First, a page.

The Renzo Piano Pavilion’s educational mission

Posted Thursday, Nov. 21, 2013  comments  Print Reprints
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More information Upcoming programs at the Kimbell Kimbell Kids drop-in studio: This free program introduces children ages 12 and younger accompanied by an adult to fun and inspiring ways to enjoy art together. Each session features a brief gallery activity and a related studio art project. There is no advance registration for this although space is limited. Sign up at the entrance to the education studios in the Renzo Piano Pavilion, beginning one hour before the program. 1 - 1:45 p.m. Satudays. “Think Like an Architect,” Dec. 7, 21 and 28; “Landscape Landmarks” Jan. 4, 18, 25; Feb. 1 and 8. Studio Five 90: Art-making projects and varied gallery activities encourage a fresh way of looking at and responding to artworks and themes. There is no advance registration for this free, drop-in program, although space is limited to 25 teen and adult participants. Sign up at the entrance to the education studios in the Renzo Piano Pavilion, beginning one hour before the program. “The Architects Sketchbook,” 5 - 6:30 p.m. Dec. 6 and 20. “Riotous Color” 5 - 6:30 p.m. Jan. 3 and 17. “Drawn to Sculpture,”5 - 6:30 p.m. Feb. 7 and 21. Children’s Workshop: “Shapes of All Sizes,” ages 6 - 12. Check out the endless possibilities for different shapes in art. Find out which modern artist loved to organize squares of color, and learn about another painter who invented his own eye-catching shapes. Participants will experiment with color, line, and shape to design collage compositions. Offered in conjunction with the exhibition “The Age of Picasso and Matisse: Modern Masters from the Art Institute of Chicago.” Limit of three children per adult; no charge for adult partners, $15 per child ($12 for Kimbell members). To register, call 817-332-8451, ext. 351. Dec. 14, 10 a.m. - noon. Family Celebration: All-day open-house showcasing the new education studios. Creative art-making activities, guided gallery explorations, self-guided architecture tours, demonstrations by artists, and live musical performances. Free, no registration is needed. Jan. 11 and 12. For more information, visit www.kimbellart.org.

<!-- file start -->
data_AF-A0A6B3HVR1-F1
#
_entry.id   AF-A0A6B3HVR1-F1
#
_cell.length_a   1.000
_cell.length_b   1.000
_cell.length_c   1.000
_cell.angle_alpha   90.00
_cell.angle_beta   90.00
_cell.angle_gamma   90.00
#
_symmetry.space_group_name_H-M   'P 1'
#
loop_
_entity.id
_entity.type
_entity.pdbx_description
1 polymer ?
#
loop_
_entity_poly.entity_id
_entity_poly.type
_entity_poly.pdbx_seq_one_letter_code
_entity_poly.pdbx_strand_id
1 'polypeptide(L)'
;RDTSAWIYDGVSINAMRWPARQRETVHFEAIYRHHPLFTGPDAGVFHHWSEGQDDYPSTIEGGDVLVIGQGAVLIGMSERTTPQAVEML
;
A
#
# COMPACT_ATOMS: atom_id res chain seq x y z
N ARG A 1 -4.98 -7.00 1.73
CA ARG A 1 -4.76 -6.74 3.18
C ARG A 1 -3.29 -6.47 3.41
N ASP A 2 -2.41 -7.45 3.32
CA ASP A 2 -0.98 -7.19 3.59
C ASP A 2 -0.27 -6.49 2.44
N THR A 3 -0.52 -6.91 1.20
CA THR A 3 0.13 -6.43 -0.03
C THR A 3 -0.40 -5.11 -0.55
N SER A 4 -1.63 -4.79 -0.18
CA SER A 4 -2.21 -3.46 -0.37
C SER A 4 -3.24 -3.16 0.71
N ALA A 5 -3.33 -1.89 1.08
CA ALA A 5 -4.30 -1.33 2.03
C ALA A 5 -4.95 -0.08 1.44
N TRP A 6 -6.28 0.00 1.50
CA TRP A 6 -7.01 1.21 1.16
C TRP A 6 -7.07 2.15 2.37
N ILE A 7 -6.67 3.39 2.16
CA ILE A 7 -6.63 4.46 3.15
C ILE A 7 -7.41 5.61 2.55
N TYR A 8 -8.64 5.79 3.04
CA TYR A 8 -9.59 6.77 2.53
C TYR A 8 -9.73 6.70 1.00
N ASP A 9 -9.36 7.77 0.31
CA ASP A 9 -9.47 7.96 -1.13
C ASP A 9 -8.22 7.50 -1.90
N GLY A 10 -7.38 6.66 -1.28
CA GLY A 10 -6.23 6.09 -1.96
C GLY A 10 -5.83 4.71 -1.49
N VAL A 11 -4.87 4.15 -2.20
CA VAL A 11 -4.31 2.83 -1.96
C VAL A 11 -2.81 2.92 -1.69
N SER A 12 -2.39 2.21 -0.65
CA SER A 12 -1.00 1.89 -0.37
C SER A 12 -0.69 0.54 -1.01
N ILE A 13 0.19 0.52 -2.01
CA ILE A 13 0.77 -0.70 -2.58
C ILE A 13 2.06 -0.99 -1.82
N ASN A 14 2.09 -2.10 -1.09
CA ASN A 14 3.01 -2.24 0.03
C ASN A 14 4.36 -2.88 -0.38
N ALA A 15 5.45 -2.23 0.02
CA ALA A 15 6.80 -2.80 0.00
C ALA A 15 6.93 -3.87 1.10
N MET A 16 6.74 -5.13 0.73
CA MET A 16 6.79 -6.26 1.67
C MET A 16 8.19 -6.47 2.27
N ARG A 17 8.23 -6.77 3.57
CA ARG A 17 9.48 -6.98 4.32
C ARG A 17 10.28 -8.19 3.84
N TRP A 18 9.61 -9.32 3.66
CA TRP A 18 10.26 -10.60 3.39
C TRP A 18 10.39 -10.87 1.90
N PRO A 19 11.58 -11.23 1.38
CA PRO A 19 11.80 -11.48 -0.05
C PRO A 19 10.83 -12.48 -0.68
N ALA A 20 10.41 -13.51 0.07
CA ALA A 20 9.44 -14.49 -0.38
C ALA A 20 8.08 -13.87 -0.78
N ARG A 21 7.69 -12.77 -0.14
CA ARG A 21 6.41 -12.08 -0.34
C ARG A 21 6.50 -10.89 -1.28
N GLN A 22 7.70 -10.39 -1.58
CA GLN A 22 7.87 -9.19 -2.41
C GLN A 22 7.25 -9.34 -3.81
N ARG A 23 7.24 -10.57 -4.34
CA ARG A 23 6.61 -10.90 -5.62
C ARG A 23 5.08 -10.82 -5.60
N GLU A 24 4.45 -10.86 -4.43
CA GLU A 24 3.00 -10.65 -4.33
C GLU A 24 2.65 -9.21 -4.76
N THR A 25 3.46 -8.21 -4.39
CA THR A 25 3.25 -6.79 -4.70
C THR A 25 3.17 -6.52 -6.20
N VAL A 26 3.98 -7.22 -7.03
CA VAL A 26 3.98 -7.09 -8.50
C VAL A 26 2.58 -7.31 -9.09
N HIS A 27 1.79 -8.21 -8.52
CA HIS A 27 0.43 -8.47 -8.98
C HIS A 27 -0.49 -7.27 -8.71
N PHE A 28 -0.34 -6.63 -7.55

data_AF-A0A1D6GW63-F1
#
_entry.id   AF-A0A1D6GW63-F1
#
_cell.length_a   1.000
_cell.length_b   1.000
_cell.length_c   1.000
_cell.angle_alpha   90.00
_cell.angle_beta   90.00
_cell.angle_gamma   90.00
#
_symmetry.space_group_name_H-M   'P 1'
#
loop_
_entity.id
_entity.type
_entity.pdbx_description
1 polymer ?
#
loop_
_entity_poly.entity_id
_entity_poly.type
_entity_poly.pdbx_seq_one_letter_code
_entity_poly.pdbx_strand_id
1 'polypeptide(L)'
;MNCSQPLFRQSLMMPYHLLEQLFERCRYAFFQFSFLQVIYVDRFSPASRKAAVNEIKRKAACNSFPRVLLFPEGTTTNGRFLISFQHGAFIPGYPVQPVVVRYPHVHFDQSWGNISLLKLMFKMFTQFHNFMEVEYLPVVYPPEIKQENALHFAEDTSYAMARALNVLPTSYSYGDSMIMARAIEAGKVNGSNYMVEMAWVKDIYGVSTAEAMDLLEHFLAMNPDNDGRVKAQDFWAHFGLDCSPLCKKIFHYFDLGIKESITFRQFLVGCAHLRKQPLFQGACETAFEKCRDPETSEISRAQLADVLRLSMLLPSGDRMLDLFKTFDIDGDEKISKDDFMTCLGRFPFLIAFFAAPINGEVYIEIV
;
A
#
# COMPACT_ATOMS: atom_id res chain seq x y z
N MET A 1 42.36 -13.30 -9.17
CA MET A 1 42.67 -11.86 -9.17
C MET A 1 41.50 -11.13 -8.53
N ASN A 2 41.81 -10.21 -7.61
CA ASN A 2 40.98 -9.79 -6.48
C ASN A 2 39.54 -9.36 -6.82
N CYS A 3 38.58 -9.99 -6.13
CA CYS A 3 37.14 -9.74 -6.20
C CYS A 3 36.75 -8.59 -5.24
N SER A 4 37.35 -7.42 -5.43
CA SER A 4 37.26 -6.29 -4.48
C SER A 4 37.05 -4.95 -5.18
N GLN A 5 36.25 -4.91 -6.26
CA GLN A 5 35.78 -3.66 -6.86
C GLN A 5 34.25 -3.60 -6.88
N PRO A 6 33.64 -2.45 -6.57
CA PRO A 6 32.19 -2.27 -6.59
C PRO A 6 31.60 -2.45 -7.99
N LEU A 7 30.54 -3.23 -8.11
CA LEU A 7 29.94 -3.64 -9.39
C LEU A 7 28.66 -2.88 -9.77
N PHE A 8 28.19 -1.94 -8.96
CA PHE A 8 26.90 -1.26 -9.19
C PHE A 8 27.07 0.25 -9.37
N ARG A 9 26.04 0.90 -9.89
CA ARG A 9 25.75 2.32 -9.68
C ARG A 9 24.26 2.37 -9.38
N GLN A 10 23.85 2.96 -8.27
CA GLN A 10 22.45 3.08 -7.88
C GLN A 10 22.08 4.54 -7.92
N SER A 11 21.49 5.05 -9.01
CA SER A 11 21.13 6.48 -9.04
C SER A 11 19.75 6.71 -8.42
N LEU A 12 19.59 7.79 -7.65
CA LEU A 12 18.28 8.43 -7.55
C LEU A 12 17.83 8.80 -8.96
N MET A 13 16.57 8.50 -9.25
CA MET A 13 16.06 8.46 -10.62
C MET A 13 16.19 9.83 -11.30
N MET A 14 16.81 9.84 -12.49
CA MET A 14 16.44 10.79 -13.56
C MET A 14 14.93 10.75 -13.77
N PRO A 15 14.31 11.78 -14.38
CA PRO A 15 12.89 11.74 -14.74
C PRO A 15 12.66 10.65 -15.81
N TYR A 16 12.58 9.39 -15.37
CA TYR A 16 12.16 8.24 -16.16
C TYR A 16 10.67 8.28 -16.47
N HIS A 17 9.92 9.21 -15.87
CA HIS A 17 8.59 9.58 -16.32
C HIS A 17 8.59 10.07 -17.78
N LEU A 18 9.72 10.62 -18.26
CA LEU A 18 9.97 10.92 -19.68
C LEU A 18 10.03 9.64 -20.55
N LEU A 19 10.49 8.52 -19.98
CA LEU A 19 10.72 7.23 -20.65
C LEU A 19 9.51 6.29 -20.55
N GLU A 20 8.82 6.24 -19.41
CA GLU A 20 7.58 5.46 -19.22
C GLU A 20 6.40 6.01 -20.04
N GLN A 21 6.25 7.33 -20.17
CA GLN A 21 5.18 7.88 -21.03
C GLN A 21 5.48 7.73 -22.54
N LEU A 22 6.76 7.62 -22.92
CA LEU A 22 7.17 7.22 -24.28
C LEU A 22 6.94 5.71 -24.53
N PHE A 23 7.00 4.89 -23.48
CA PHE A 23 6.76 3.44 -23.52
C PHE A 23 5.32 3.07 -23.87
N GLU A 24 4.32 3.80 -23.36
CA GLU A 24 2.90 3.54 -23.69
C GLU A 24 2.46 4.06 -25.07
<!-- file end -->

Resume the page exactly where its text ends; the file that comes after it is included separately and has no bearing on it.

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When Kimbell Art Museum officials were planning their new building, exhibition space was their primary need. Second on the list of must-haves was a location for the education department and classrooms.

“Since 1972, we’ve had to make do,” says Kimbell Director Eric Lee. “We’ve set up under the portico or in the lobby. Developing classrooms and studios was a major reason this building was built. Well, that and to keep the permanent collection up, but it was also critical to get education classrooms and not have to make-do in other spaces.”

The education department had no physical location. There were no offices or classrooms, just “a narrow cubbyhole shoebox with things stuffed in there including a couple of interns,” says Nancy Edwards, the Kimbell’s curator of European art and head of academic services.

The programs had to be scheduled around events and tours. Space to hold the meetings and art-making projects were grabbed from the cafe, under the portico, in the lobby or outside in the garden areas.

That is no longer the case. In the new Piano Pavilion building, the Kimbell has a four-classroom education wing. With space for messy art-making projects and rooms for meetings with video projection capabilities. They will add these to the two auditoriums, and all the outdoor areas that have been off limits for three years during construction. Finally the education department has an expansive home.

“The new space allows us to do ambitious programs for toddlers to adults. We’ll be able to offer more drop-in programs and take advantage of the weekends with the new studios,” says Edwards.

Some of the first events will be an introduction to the new museum, including a family festival that will highlight activities and programs as well as introduce the latest calendar of offerings.

Programs that will be able to expand include Pictures and Pages, a toddlers’ program, the adults’ workshop, which is held on Wednesdays, a book club called Artful Readings, and the access programs such as Viewpoints, which is tailored to people with Alzheimer’s and their caregivers.

More space for family programs will exist, too; these will roll out next year, particularly in the summer, Edwards says.

“Family experiences are really cherished. Our research has shown that kids who come with their families are future museum goers,” she says. “So we have made it easier for families, with family restrooms, changing stations and activities for young children with short attention spans.

“We have lots of ideas and an increased staff that will allow us to serve the community. We have such a great institution and collection, we want a broad spectrum of people to feel welcome and enjoy it. We are looking for different way to do that beyond lectures and seminars, but with social experiences that allow people to engage in their own ways.”

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